Analysts couch their discussions and analysis of Visa and Mastercard almost exclusively based upon retail sales trends. This begs the question, how is overall retail sales growth achieved? Well, it certainly doesn’t come about with good wishes, it results from money being placed into the pockets of consumers or, alternatively, credit supplied to them. In the past 13 years, money supply, as reported in M2, has more than doubled and might fully triple, by the end of 2021, when compared to 2007. That potential tripling of the money supply, more than any other factor, is the reason for such a massive growth rate in payment processing. The US economy isn’t 3 times larger than it was in 2007. Incomes haven’t tripled in the past 13 years. Even prior to the Covid crisis, the economy was good, but not THAT good. No, the increase in consumption is overwhelmingly driven by the expansion of the money supply; that much is clear to me.

The current pandemic response, through the concerted global flooding of money into the system, has a very short lag from the time that money is placed into the hands of consumers, to the time that multiplier effects are reported. That lag is usually just one quarter. For the first month of the pandemic shut-downs, shocked consumers, lacking a place to spend and having limited current resources, they utilized government payments to reduce short term debts and build up a store of liquidity. Now, with sufficient liquidity in the system, there are reports of massive retail surges among key large retailers. Those upticks are to be expected; the amount of fiscal stimulus, overall, exceeds the income shortfalls experienced by the pandemic shutdowns and loss of jobs. More specifically, those lower and middle income earners that spend almost 100% of their disposable incomes have experienced, overall, a significant short term income bump from the stimulus payments. This money is quickly pouring into the system.

As for investment opportunities, when it comes to such a meaningful increase in M2, I COULD choose to own a retailer that must compete with many other retailers, in a freely competitive market. I COULD select some commercial banks to participate that simply just store money and that also pay interchanges for the movement of money. I COULD own any number of ancillary payment processors that need to utilize interchange networks. All of this may have some potential according to analysts. Realistically, to more fully own the trend, why would I bother with any of these categories, when I may readily participate through investment in the interchange systems, so as to capture the lions share of this money supply volume flow, without the hassles of external competition? On a toll highway, the owner of that highway benefits from volumes as costs of operating the highway are primarily fixed. Who wouldn’t want to own a toll-road when the number of vehicles that may potentially use that road has increased by 300% in just 14 years?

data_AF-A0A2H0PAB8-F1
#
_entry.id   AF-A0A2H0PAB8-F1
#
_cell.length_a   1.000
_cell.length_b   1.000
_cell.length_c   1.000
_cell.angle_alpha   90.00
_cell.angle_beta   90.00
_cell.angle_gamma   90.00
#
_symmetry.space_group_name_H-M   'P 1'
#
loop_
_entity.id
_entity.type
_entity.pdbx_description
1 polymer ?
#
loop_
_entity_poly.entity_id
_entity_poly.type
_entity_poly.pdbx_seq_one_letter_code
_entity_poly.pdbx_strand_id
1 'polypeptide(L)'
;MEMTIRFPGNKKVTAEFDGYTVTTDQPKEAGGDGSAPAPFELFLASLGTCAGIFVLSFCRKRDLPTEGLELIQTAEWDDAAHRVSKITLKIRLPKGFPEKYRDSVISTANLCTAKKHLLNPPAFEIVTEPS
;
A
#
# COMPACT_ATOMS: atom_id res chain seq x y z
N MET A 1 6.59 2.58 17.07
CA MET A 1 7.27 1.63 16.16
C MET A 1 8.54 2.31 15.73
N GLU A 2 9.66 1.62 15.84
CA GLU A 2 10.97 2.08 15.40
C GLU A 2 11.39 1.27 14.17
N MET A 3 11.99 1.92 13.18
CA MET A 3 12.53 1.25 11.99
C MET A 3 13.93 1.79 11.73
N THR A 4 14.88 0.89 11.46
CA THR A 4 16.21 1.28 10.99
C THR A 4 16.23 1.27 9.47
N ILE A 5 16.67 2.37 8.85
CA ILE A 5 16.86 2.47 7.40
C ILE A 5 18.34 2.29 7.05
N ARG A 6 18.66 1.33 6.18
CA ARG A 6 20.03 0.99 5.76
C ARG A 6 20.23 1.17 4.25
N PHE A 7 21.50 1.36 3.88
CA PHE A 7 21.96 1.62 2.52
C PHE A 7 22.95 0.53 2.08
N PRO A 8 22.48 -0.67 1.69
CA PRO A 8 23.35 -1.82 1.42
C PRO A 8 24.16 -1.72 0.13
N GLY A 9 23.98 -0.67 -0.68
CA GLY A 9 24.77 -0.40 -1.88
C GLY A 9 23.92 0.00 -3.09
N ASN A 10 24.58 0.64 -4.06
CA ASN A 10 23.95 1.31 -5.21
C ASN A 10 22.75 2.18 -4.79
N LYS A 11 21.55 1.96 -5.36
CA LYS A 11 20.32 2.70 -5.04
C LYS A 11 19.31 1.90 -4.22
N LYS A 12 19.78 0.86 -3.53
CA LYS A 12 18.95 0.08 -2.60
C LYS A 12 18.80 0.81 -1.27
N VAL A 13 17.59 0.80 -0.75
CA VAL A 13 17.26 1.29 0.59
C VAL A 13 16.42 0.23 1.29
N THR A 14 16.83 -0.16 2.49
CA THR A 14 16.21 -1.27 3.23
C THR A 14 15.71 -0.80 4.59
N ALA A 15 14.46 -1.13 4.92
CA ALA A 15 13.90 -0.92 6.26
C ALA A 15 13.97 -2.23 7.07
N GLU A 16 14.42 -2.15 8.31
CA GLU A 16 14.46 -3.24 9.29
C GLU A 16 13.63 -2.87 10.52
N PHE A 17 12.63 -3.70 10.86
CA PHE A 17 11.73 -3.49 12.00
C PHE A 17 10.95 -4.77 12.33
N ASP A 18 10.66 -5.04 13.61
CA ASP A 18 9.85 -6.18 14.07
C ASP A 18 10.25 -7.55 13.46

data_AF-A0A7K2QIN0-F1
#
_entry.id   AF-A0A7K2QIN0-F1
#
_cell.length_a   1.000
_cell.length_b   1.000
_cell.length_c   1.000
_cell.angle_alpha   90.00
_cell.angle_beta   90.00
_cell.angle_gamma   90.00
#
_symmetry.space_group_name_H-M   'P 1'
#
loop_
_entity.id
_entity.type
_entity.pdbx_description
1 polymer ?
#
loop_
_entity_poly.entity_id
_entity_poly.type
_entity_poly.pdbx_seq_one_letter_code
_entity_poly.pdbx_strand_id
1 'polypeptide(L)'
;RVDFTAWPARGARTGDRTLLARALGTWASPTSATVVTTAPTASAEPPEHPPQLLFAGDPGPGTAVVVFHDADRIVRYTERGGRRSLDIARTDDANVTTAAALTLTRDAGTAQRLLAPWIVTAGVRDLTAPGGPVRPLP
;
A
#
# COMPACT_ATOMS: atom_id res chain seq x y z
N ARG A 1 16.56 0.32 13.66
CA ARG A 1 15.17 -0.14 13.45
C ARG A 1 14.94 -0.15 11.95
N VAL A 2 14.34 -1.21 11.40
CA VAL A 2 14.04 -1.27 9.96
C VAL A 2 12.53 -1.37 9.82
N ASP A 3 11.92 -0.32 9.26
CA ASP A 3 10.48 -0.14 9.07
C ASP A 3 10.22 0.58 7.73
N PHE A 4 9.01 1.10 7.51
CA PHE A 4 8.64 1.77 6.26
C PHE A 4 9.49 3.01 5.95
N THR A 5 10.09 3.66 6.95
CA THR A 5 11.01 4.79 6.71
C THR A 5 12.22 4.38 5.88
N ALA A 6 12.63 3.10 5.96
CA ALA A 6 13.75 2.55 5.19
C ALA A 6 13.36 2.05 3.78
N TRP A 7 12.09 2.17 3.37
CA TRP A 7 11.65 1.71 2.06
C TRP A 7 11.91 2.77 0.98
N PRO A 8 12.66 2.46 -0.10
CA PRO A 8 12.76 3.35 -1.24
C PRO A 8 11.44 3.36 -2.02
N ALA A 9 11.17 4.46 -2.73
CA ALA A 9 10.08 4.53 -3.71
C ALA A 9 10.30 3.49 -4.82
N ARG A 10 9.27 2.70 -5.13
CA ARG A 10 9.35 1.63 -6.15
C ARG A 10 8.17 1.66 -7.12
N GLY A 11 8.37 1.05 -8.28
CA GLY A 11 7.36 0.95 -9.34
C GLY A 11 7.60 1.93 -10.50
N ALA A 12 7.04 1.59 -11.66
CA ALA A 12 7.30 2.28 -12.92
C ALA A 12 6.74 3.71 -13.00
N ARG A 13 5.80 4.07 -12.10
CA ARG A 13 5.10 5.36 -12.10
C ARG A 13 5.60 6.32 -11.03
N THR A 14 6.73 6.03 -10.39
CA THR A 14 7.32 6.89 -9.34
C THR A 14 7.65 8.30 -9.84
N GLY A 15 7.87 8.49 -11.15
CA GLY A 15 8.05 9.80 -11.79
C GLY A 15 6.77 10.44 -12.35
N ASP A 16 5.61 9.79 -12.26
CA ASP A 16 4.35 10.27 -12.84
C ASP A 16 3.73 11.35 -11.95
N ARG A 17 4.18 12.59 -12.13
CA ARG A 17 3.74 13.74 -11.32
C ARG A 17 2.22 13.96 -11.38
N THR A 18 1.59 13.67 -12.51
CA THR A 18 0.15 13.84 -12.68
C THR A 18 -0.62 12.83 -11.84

Central bankers worldwide have determined that it is not in the public interest to reduce the supply of money globally, so the growth trend in money clearly looks to have secular legs for a while yet. They utilize a variety of schemes and some outright machinations to mask inflation in investments, but most specifically, they deflect from asset and investment inflation by cramming consumer price indexes (CPI) reports down the throats of consumers via the mass media. This deliberate obfuscation of the entirety of the economy disregards important information required by the public to make sensible investment decisions. CPI sheds a bit of light on the cost of buying a, more or less, transitory basket of items to be consumed and little else.

Those doomsayers who fret about the money supply increase are looking at the growth rate as a problem. Gold bugs and resource bugs call out M2 growth and conclude, as they always do, that the world is coming to an end, so “gitchyer guns, gold, seeds and a fallout shelter”. Well, I’m not buying what they are selling. The 13 year increase in M2, globally, exceeds the combined market caps of Apple, Microsoft, Google, Amazon, Netflix, Tesla, Facebook and a WHOLE bunch of other “must-have” investments, by a very wide margin. Bears see M2 growth as risk, I perceive M2 growth as an opportunity for profit. So long as money supply continues to increase at a multiple of 6x-7x the reported rate of consumer price inflation, then I will want to continue to own businesses that move money through interchange networks.

All this money supply growth IS leading to a type of inflation, again, right before our very eyes, but since the type of inflation I allude to doesn’t typically reflect in CPI reports, the public, by and large, isn’t worried about it, for now. Governments are more paternalistic than ever in the 21st century and the investigative media is hollowed out and hobbled by a lack of revenue. Inflation hides in plain site from the public but revealing the extent of the inflation doesn’t comport with the current narrative. I’ll write upon it in a future column.